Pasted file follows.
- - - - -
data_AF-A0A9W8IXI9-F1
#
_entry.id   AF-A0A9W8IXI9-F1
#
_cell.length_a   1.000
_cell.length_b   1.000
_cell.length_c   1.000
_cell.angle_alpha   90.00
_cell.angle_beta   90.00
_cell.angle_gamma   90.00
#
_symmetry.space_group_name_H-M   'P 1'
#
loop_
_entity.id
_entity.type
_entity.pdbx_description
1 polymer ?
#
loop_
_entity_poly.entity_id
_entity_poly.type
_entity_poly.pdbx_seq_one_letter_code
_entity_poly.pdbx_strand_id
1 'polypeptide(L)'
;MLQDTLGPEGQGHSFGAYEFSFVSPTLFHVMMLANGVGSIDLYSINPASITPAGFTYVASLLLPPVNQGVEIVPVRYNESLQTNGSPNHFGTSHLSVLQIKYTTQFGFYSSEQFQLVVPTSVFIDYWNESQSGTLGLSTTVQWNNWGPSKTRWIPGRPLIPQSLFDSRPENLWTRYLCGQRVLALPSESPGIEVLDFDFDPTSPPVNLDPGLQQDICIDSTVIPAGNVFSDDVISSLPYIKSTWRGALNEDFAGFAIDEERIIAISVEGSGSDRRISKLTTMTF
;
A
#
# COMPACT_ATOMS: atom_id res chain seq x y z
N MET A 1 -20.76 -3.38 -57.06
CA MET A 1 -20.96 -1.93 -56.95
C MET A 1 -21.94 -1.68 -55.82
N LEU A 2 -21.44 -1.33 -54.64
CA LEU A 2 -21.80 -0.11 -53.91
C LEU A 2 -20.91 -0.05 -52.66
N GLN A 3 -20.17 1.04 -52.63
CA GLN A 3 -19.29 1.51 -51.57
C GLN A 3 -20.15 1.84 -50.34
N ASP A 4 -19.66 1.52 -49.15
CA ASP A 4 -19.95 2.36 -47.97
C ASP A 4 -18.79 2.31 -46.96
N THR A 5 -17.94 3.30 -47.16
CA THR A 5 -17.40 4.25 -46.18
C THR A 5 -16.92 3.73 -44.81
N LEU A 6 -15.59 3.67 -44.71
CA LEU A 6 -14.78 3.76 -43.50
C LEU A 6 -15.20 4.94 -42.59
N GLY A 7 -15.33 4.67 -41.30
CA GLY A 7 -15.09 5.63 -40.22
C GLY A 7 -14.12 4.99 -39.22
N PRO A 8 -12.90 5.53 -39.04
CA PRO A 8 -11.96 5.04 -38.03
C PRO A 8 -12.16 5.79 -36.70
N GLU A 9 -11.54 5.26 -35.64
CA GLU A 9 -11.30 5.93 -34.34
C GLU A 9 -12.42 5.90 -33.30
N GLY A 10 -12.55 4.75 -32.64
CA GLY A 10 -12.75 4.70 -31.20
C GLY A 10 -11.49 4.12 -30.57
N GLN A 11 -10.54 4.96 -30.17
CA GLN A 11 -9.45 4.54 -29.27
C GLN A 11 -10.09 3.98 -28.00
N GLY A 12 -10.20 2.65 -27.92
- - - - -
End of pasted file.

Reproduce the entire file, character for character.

data_AF-A0A9W8IXI9-F1
#
_entry.id   AF-A0A9W8IXI9-F1
#
_cell.length_a   1.000
_cell.length_b   1.000
_cell.length_c   1.000
_cell.angle_alpha   90.00
_cell.angle_beta   90.00
_cell.angle_gamma   90.00
#
_symmetry.space_group_name_H-M   'P 1'
#
loop_
_entity.id
_entity.type
_entity.pdbx_description
1 polymer ?
#
loop_
_entity_poly.entity_id
_entity_poly.type
_entity_poly.pdbx_seq_one_letter_code
_entity_poly.pdbx_strand_id
1 'polypeptide(L)'
;MLQDTLGPEGQGHSFGAYEFSFVSPTLFHVMMLANGVGSIDLYSINPASITPAGFTYVASLLLPPVNQGVEIVPVRYNESLQTNGSPNHFGTSHLSVLQIKYTTQFGFYSSEQFQLVVPTSVFIDYWNESQSGTLGLSTTVQWNNWGPSKTRWIPGRPLIPQSLFDSRPENLWTRYLCGQRVLALPSESPGIEVLDFDFDPTSPPVNLDPGLQQDICIDSTVIPAGNVFSDDVISSLPYIKSTWRGALNEDFAGFAIDEERIIAISVEGSGSDRRISKLTTMTF
;
A
#
# COMPACT_ATOMS: atom_id res chain seq x y z
N MET A 1 -20.76 -3.38 -57.06
CA MET A 1 -20.96 -1.93 -56.95
C MET A 1 -21.94 -1.68 -55.82
N LEU A 2 -21.44 -1.33 -54.64
CA LEU A 2 -21.80 -0.11 -53.91
C LEU A 2 -20.91 -0.05 -52.66
N GLN A 3 -20.17 1.04 -52.63
CA GLN A 3 -19.29 1.51 -51.57
C GLN A 3 -20.15 1.84 -50.34
N ASP A 4 -19.66 1.52 -49.15
CA ASP A 4 -19.95 2.36 -47.97
C ASP A 4 -18.79 2.31 -46.96
N THR A 5 -17.94 3.30 -47.16
CA THR A 5 -17.40 4.25 -46.18
C THR A 5 -16.92 3.73 -44.81
N LEU A 6 -15.59 3.67 -44.71
CA LEU A 6 -14.78 3.76 -43.50
C LEU A 6 -15.20 4.94 -42.59
N GLY A 7 -15.33 4.67 -41.30
CA GLY A 7 -15.09 5.63 -40.22
C GLY A 7 -14.12 4.99 -39.22
N PRO A 8 -12.90 5.53 -39.04
CA PRO A 8 -11.96 5.04 -38.03
C PRO A 8 -12.16 5.79 -36.70
N GLU A 9 -11.54 5.26 -35.64
CA GLU A 9 -11.30 5.93 -34.34
C GLU A 9 -12.42 5.90 -33.30
N GLY A 10 -12.55 4.75 -32.64
CA GLY A 10 -12.75 4.70 -31.20
C GLY A 10 -11.49 4.12 -30.57
N GLN A 11 -10.54 4.96 -30.17
CA GLN A 11 -9.45 4.54 -29.27
C GLN A 11 -10.09 3.98 -28.00
N GLY A 12 -10.20 2.65 -27.92